Nonprofit hospital systems are expected to give back to their communities in amounts that justify their massive tax breaks. But a new report from the Lown Institute, a healthcare think tank, shows this is rarely the case. They determined that 227 of the 275 systems studied had fair share deficits, meaning they spent less on charity care and community investment than the value of their tax exemption. Adding the fair share deficits of all hospital systems together reveals $18.4 billion in stranded dollars that could have been used to advance health equity, housing, food insecurity, and other local needs.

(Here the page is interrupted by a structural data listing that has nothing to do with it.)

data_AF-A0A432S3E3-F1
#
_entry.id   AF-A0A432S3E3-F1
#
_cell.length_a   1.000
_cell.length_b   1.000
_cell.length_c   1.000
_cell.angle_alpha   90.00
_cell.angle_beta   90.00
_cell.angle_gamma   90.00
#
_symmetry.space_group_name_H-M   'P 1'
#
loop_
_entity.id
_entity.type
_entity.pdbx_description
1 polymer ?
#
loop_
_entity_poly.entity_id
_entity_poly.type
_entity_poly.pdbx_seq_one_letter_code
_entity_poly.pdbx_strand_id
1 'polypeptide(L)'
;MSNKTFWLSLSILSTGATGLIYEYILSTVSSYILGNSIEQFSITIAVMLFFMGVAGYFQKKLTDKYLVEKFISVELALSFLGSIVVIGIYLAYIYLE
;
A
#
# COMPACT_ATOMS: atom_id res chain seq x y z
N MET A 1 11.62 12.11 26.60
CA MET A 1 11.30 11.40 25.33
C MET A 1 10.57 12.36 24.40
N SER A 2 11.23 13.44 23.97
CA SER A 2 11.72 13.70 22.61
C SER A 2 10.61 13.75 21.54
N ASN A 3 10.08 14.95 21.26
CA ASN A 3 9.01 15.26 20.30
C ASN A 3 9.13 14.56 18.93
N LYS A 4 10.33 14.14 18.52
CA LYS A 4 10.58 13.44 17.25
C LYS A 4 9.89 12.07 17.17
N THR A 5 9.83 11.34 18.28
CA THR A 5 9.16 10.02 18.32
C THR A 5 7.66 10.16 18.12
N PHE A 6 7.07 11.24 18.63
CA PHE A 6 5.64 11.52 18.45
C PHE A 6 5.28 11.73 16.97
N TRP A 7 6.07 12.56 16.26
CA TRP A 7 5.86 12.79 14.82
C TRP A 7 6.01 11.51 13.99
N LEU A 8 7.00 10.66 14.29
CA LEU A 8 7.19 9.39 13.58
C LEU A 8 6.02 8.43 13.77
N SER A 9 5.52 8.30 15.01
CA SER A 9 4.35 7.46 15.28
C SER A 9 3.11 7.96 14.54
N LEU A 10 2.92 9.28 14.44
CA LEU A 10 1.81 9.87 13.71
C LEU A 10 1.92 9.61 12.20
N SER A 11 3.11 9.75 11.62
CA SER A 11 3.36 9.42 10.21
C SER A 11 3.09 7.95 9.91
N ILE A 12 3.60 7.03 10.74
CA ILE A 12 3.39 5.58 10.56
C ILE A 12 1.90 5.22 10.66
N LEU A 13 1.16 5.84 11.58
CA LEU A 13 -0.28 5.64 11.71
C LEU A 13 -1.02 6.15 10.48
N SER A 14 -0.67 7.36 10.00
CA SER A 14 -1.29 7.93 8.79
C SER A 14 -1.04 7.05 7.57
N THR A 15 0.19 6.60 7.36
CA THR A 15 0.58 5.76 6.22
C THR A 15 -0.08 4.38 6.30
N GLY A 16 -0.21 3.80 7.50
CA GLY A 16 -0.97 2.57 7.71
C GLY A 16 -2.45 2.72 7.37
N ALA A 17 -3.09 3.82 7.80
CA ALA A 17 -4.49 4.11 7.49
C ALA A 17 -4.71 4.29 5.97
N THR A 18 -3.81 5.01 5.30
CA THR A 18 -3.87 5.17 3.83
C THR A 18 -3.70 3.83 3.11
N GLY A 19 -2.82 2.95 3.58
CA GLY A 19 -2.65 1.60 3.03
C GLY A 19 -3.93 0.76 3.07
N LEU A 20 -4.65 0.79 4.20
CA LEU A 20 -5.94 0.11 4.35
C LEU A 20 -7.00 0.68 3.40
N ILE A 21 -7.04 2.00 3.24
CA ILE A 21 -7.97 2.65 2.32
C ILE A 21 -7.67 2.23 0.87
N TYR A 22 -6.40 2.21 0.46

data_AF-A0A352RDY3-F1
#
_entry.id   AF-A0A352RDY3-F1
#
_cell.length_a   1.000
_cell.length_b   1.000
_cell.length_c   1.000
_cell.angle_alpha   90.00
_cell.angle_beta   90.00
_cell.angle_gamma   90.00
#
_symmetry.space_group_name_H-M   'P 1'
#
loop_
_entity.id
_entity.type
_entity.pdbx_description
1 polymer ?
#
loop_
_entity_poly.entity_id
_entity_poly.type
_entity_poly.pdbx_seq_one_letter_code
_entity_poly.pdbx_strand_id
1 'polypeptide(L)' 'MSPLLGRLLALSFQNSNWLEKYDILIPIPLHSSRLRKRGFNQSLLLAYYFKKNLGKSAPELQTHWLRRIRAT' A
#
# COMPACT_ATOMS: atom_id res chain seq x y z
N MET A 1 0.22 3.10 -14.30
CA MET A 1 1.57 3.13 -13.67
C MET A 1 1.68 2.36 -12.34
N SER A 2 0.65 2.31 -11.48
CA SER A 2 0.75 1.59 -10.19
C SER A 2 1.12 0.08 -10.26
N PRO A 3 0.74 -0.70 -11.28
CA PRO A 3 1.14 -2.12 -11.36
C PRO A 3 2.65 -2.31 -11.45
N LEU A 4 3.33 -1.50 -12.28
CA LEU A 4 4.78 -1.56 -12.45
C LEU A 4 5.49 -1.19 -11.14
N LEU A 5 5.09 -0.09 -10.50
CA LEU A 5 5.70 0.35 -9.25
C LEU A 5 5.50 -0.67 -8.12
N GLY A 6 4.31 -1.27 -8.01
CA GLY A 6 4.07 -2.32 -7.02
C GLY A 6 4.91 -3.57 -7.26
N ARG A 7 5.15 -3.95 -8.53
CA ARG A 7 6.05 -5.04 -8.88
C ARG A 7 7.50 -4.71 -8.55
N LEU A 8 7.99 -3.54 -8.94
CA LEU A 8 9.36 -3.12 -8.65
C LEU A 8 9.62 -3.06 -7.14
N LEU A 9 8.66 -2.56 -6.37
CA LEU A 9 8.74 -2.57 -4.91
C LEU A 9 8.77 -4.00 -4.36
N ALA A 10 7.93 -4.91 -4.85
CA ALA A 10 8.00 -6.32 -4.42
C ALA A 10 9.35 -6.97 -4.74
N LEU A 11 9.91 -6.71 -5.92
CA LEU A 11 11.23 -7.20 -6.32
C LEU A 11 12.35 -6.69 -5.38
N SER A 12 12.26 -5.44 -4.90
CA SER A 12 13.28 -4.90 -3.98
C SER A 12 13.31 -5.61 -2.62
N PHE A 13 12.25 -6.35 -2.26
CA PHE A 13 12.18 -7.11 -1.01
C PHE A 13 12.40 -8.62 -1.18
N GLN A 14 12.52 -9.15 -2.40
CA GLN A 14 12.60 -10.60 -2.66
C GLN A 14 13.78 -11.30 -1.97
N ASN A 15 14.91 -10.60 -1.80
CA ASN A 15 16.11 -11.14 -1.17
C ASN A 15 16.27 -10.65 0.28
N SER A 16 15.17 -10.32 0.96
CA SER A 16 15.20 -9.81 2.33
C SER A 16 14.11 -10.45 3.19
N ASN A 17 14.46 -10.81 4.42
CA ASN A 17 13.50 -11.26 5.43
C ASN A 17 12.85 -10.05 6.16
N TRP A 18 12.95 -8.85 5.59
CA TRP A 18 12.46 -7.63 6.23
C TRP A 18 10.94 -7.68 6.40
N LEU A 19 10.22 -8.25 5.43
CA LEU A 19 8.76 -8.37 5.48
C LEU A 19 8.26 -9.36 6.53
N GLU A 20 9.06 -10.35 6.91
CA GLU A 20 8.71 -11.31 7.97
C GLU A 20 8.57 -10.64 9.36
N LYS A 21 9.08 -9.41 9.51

The 10 private nonprofit hospital systems with the largest fair share deficits (FYE 2019) are identified in the report, with these 10 systems account for $5.6 billion of the $18.4 billion total fair share deficit.
- Lown Institute Hospitals Index: 2022 Results Fair Share Spending. Lown Institute. April 2022.